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Five Questions for the Directors of V/H/S 2

by Ethan Alter April 23, 2013 4:40 pm
Five Questions for the Directors of <i>V/H/S 2</i>

Fans of the first V/H/S (myself included) will be happy to hear that the second installment in the horror anthology series continues to employ the found footage style in fun (and frightening) ways. Following its Sundance premiere in January, V/H/S 2 is playing as part of this year's Tribeca Film Festival, prior to its VOD and theatrical release later this summer. Four of the directors -- Simon Barrett, who helmed the framing segments; Adam Wingard, whose movie follows a guy with a new implanted cyborg eye that allows him to see dead people; Jason Eisner, who choreographs the alien invasion of a kids' slumber party; and Eduardo Sánchez, who directed a hilarious first-person zombie short (and who, fun fact, helped launch the age of found footage horror with the 1999 smash hit, The Blair Witch Project) -- made the trip to New York and spoke with us about continuing the V/H/S legacy.

TWoP: Adam and Simon, as the returning directors, what did you want to do differently on this film versus the original?
Adam Wingard: The main thing I wanted to do was do the exact opposite of what I did in the first film, where I played up a really low-fi authenticity. This one to me was more about experimenting with a found footage thing that wasn't based on any kind of technology that's actually real. Going into this, I had really wanted to direct actors again rather than appear in it myself, like in the first movie; originally I wanted to cast this guy who does a web series called Angry Video Game Nerd, but we couldn't get in touch with him. And then just due to the nature of what this thing was, it was easier for me to star in it. Casting an actor would mean he would be standing over my shoulder saying the lines while I did the camerawork. I also knew that I didn't want to do the wraparound again, which is the biggest challenge of doing something like this. I just think back to when I'd watch something like Creepshow; watching those wraparound segments, I was always like, "This is fine, but I'm not engaged with it, really." We tried an experiment with those scenes in the first movie and I don't think it was totally successful, so I let Simon handle it this time.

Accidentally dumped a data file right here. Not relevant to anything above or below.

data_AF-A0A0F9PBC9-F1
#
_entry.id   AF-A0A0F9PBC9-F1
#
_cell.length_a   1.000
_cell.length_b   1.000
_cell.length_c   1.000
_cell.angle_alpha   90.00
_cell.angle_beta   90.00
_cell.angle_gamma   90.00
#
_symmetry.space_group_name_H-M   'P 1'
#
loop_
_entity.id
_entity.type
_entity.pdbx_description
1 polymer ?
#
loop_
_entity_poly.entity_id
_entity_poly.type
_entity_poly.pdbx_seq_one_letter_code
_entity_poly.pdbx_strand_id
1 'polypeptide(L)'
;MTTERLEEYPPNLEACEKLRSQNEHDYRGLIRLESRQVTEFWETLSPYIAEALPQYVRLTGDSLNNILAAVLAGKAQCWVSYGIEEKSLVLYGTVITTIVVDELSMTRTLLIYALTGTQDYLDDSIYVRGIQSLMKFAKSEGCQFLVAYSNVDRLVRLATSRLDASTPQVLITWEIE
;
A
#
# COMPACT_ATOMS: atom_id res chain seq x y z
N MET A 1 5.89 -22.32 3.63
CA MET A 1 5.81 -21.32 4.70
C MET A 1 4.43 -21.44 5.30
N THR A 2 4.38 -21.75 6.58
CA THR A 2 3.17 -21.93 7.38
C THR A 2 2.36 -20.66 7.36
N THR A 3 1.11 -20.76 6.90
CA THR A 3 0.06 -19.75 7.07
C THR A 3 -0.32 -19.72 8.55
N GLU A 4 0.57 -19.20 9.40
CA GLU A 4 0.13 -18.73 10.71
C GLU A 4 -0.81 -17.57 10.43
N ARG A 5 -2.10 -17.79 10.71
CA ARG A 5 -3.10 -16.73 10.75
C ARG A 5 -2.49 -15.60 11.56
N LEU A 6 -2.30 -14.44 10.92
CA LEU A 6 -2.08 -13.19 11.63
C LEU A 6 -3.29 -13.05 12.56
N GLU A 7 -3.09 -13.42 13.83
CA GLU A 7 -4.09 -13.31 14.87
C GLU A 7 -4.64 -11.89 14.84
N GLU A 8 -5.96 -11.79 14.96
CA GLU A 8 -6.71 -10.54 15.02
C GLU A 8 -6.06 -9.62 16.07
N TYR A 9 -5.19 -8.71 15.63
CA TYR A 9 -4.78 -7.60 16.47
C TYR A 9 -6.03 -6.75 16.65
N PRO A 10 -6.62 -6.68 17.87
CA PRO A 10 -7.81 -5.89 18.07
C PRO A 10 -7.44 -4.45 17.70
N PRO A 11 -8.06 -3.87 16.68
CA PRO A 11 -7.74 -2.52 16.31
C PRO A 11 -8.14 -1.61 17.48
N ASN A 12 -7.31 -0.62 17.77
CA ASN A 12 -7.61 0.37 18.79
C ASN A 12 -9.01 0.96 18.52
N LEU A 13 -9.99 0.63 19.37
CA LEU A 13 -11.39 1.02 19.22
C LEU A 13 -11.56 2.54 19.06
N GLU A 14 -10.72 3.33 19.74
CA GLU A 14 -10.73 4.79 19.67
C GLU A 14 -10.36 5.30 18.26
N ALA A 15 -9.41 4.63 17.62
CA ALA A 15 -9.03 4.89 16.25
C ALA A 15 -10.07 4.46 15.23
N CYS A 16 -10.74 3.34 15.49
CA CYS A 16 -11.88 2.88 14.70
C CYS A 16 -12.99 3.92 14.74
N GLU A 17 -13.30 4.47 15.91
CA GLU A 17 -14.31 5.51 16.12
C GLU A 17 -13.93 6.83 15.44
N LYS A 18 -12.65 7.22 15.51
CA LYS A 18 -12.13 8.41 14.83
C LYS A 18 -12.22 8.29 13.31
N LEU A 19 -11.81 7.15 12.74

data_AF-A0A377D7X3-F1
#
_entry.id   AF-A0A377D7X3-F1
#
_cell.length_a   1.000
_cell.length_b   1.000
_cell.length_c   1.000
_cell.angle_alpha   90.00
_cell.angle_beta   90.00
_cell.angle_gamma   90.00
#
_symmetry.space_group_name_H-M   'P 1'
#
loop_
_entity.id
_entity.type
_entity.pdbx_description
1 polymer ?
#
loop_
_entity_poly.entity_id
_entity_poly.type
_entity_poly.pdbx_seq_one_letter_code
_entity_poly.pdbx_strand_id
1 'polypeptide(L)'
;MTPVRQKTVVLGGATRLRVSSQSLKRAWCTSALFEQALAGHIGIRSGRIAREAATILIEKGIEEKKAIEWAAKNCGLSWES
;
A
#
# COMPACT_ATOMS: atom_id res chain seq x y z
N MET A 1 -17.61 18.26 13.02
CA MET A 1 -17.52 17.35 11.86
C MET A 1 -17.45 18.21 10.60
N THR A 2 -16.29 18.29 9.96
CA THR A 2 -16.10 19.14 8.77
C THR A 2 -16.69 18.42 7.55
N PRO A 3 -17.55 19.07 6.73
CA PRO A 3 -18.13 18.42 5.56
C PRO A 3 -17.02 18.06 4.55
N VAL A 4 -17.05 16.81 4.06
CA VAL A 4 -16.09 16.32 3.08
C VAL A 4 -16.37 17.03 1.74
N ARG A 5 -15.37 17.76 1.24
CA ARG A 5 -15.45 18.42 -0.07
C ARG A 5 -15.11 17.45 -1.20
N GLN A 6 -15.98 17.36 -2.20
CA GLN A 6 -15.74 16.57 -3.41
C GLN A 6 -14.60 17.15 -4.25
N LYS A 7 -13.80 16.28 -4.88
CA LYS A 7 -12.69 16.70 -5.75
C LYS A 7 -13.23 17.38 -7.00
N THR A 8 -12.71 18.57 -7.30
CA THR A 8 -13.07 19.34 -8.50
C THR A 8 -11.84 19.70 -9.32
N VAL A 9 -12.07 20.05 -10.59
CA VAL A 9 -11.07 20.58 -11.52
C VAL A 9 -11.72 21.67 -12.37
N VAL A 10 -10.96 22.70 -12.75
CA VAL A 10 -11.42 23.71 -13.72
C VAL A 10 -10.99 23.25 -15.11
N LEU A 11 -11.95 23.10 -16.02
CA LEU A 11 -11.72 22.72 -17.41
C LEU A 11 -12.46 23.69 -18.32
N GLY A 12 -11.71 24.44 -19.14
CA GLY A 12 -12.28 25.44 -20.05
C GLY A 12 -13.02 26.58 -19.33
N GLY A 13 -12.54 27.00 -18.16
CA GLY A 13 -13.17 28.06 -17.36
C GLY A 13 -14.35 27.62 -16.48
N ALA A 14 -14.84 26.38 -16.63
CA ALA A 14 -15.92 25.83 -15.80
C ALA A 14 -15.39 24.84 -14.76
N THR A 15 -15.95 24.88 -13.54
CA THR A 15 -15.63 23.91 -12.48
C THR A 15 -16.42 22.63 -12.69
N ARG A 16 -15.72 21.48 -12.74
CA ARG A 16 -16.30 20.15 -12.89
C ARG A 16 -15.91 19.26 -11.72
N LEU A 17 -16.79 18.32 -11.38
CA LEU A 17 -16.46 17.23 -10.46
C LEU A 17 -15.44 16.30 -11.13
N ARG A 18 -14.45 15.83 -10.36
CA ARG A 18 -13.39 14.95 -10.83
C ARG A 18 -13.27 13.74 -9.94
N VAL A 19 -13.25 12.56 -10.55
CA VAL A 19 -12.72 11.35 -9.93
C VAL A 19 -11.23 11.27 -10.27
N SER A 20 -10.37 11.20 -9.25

Simon Barrett: In terms of those wraparound segments, there's definitely an overall mythology that I'm extrapolating upon, even with the titles and how the wraparound for V/H/S 2 identifies itself with its title as a prequel to the wraparound in V/H/S except for some footage, which is kind of a complicated thing I'm not even sure the producers got until I explained it to them. There is an overarching mythology to who is collecting these tapes and why and that's something we want to elucidate as the films go on. That said, you only have so much time and if you explain too much it would feel very inauthentic and awkward. So we're just giving hints and putting in things that would reward multiple viewings.

TWoP: And Jason and Eduardo, as the newbies, how did you decide to jump aboard?